Many first-time volunteers are forever pondering where their money goes. Typing in “why should I pay to volunteer” into Google brings up many articles, preaching the importance of paying to volunteer, which I am all for. But without specific examples, and a break-down of the costs, it does get confusing trying to figure out what money goes where. Words like ‘admin fee’ and ‘resources’ are never fully explained, so I have decided to take it upon myself to put together an article that approaches different projects, and tries to find out, where the money actually goes.
The first example is a sports coaching programme for unemployed youth group in Kenya, Africa, which looks into educating and empowering unemployed youths, through sports. Volunteers will be expected to help coach different sporting teams, assist in fundraising and arranging local tournaments. The cost for a volunteer is, per 4-week period, £1,000 inclusive of meals. So how far does this £1,000 stretch and where does this money go?
To begin with, £300 goes towards the accommodation. Accommodation of a standard that us Westerners would feel comfortable with, in Kenya, does not come as cheap as you would imagine. The cost to run it, maintain it and clean it, requires workers, materials and products - plus, £300 for 4 weeks, is pretty good value!
£150 goes towards your food, which is prepared and cooked for you, whilst another £100 is for transport costs, for being picked up at the airport, but also your local travel whilst on project business.
A further £150 is for the project, and their admin fee, which incorporates marketing, advertising and other costs such as phone bills, internet, paying staff to supervise the volunteers.
The rest of the volunteer’s money (£300) goes towards the project as a donation, and pays for the resources that the volunteers use, including pens, paper, phone bills, email service, sports kit, sports equipment and other materials that they may use, as well as staff costs. Without these donations, the projects could not afford to carry on; they could not afford to maintain their services, let alone take on volunteers, and therefore could not continue helping the youths of Kenya. These donations allow the project to survive.
In addition some projects suggest you might also like to make a physical donation of goods. The baggage allowance from London to Nairobi amounts to two bags, of which each can be 23kg. This generous weight allowed can be put to good use. Medical projects in Kenya will sometimes ask for the volunteer to bring medical supplies, whilst orphanages may ask for children’s clothes and toys, which again, the volunteer will bring over. These physical donations are in no way mandatory, however some volunteers like to fundraise for these items, and allows other people to get involved, by contributing directly to the project they will be volunteering for.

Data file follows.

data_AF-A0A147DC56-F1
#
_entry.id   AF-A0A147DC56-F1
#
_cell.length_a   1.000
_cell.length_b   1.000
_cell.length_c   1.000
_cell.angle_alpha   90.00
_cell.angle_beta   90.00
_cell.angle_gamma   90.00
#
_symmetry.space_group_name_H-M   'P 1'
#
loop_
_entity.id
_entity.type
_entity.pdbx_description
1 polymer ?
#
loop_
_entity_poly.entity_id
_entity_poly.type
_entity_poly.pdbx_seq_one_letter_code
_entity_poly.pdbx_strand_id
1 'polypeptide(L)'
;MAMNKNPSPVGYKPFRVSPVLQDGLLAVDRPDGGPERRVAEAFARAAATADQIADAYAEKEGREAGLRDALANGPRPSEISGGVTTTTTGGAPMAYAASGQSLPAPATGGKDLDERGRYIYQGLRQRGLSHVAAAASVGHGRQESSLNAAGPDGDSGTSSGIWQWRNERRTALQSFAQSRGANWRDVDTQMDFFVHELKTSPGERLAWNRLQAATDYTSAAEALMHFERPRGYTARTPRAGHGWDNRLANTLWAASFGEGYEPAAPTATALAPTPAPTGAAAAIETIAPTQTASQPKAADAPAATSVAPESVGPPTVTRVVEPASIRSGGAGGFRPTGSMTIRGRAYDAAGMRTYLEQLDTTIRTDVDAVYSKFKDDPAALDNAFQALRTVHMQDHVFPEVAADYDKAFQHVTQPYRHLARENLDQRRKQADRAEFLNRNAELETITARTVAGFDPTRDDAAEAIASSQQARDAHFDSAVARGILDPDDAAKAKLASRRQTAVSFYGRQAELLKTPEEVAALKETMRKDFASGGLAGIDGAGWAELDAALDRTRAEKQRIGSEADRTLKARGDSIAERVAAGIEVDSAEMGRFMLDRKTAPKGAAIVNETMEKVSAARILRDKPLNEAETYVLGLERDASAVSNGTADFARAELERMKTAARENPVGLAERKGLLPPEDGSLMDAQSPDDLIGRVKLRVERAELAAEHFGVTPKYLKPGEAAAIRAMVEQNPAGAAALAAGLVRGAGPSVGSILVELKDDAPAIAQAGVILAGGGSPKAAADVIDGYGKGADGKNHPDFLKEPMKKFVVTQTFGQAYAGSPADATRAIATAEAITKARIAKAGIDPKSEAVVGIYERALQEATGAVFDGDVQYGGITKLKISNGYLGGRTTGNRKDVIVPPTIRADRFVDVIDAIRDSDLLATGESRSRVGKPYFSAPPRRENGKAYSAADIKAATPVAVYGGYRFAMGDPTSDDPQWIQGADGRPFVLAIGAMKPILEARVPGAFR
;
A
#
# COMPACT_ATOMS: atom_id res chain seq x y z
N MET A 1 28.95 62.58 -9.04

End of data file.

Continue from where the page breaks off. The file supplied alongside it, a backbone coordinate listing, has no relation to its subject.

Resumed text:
Other projects, however, may have higher running costs. Our second example is an eco-tourism conservation and research project. It costs £1,250 for 4 weeks. So where does this extra £250 go? As well as the same costs as the sports coaching programme, this project also asks for £250 to go towards the boat hire and fuel costs, which are essential when doing dolphin research.
Don’t be alarmed, however, to see that an organisation asks for an application or administration fee. When processing a volunteer's application, it is not just a matter of filling in a few forms. This fee is essential towards the upkeep of the agency/project, to cover costs of everything from lighting and phone bills, to marketing and advertising, all expenses endured while finding and recruiting volunteers.
Organisations will also supply support for a volunteer, in the UK and while on project, which will also be incorporated into the cost. Volunteering is an exciting experience, a great way to meet new people, and a chance to live life that is so different from anything previously experienced. Yet going to a new place where there are significant cultural differences can be slightly daunting. When volunteering through an organisation, you have the comfort of the security, knowing you are in safe hands with round-the-clock support if needed. Many volunteer agencies will not only set up accommodation and local travel for you, but they offer 24-hour helplines, support networks and usually a volunteer co-ordinator for support when volunteering. This ensures comfort for a volunteer, when they find themselves in such a different environment.
Taking the volunteering organisation where I work as an example, the £150 application fee is generally broken down into 3 sections:
- £50 goes on staff, and things like electricity, phone, internet, website fees, rent.
- £50 goes on advertising, as we are always looking for more quality volunteers for our projects.
- £50 goes on providing support for our volunteers.
Hopefully, this break-down has allowed a more in-depth look into where the money actually goes. When paying to volunteer, it is important to know how much money goes on what, and a good organisation to volunteer with, will also be transparent as to where the funds go. Next time, instead of asking “Why do I have to pay to volunteer?”, why not try and find out where your money actually goes, and if it’s going on the right things?
This article was written by Felicity Jacques-Diwani of Helping Kenya, a Career Break Site-approved volunteering organisation. The projects used as examples in this post are real projects that are run by Helping Kenya, and the figures are correct as of July 2012. All images are from Helping Kenya projects.